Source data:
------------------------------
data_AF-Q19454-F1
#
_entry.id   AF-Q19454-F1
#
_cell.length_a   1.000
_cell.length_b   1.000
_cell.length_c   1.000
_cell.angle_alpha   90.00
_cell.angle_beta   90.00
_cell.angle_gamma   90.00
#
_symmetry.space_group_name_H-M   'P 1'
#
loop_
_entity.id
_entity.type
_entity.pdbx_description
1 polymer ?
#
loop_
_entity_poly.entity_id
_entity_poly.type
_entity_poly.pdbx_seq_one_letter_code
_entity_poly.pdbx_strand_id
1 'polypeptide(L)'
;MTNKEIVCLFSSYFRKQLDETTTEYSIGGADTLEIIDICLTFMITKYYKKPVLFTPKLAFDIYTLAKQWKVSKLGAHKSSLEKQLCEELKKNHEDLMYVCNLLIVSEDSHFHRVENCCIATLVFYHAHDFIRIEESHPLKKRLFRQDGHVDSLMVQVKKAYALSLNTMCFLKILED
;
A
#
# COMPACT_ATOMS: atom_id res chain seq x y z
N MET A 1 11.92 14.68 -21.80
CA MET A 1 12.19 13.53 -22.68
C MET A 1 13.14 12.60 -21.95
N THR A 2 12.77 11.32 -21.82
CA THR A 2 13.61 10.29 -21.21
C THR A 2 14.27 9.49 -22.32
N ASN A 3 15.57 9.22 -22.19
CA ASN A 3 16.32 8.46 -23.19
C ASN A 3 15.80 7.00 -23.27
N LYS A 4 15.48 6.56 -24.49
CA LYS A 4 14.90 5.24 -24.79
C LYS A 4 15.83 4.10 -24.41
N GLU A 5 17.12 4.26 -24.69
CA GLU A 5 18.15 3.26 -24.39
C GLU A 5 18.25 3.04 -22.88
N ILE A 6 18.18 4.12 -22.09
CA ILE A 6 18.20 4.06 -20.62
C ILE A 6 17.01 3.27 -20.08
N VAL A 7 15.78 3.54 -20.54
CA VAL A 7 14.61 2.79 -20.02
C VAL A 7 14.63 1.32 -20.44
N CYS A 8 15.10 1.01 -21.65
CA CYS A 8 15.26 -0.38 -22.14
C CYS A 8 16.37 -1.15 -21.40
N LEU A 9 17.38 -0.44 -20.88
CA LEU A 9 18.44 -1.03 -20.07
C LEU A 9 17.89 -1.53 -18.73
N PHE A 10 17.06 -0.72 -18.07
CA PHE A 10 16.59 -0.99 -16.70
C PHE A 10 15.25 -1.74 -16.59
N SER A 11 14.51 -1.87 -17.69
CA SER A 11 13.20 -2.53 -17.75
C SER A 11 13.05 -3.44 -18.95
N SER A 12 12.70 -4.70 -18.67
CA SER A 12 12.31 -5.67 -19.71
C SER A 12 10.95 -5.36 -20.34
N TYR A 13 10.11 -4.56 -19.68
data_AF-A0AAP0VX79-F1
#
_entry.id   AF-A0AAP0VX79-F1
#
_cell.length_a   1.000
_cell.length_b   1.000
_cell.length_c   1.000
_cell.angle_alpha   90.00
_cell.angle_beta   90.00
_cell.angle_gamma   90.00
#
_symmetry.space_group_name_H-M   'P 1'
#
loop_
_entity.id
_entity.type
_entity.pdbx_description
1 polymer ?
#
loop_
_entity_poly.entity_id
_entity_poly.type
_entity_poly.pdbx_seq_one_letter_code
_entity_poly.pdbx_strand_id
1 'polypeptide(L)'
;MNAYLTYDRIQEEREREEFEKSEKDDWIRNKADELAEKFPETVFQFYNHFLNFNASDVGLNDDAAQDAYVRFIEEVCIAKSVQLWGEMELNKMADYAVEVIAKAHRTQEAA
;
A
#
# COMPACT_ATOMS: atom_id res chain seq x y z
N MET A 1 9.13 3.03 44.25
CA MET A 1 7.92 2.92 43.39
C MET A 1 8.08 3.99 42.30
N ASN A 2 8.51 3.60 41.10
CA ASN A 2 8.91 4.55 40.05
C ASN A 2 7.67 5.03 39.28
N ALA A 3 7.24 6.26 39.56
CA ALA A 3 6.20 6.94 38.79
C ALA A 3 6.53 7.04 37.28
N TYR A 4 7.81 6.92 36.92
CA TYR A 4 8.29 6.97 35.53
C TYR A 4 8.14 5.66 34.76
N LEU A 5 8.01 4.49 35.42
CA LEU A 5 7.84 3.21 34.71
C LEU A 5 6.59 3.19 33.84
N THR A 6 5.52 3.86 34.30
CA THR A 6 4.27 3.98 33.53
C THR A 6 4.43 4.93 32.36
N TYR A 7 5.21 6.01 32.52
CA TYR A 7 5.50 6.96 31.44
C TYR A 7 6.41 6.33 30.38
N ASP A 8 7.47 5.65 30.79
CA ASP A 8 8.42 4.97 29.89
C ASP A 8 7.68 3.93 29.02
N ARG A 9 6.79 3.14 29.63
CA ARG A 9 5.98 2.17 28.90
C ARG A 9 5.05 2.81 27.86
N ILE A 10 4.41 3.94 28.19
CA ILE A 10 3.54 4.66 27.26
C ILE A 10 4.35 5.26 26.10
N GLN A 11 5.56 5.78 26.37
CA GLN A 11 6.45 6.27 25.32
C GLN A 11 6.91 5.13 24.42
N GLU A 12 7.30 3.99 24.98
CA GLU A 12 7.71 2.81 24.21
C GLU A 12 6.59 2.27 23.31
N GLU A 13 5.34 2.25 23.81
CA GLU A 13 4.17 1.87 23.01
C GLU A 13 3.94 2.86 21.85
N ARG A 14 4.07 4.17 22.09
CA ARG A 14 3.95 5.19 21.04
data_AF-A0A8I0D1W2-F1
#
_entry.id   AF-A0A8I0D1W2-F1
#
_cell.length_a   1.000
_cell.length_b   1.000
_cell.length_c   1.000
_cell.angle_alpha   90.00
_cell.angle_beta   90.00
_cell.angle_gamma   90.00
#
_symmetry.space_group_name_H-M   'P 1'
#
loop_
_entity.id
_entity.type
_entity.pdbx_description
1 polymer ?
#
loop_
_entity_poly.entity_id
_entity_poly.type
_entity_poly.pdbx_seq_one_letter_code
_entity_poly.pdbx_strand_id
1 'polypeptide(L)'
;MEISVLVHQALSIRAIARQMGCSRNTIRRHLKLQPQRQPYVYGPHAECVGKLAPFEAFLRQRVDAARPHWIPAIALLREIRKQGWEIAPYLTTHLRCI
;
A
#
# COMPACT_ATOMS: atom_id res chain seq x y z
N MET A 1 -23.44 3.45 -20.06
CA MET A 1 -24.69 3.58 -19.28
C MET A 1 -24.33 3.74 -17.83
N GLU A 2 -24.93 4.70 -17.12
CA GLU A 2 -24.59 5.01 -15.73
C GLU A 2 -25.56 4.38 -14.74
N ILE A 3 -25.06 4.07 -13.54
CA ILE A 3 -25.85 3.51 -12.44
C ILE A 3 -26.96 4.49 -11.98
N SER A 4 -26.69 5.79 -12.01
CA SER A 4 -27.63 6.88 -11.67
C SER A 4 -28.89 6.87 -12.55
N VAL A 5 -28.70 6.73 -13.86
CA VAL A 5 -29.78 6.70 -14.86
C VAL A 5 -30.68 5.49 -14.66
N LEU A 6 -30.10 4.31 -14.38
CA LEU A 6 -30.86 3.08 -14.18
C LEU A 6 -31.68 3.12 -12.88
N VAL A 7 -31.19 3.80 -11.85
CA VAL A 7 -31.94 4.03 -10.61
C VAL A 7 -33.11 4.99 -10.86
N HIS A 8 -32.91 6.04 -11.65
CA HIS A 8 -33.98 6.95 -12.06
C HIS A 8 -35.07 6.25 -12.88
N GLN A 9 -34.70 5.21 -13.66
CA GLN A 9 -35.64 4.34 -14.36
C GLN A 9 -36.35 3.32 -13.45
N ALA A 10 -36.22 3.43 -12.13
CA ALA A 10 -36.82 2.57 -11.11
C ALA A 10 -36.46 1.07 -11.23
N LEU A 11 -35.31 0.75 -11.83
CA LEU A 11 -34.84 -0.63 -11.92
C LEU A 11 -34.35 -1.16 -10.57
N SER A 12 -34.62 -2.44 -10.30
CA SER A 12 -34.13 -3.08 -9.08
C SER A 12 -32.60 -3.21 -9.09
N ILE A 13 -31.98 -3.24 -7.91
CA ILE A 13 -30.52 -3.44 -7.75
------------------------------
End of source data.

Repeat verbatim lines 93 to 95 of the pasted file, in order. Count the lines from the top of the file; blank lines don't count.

;MNAYLTYDRIQEEREREEFEKSEKDDWIRNKADELAEKFPETVFQFYNHFLNFNASDVGLNDDAAQDAYVRFIEEVCIAKSVQLWGEMELNKMADYAVEVIAKAHRTQEAA
;
A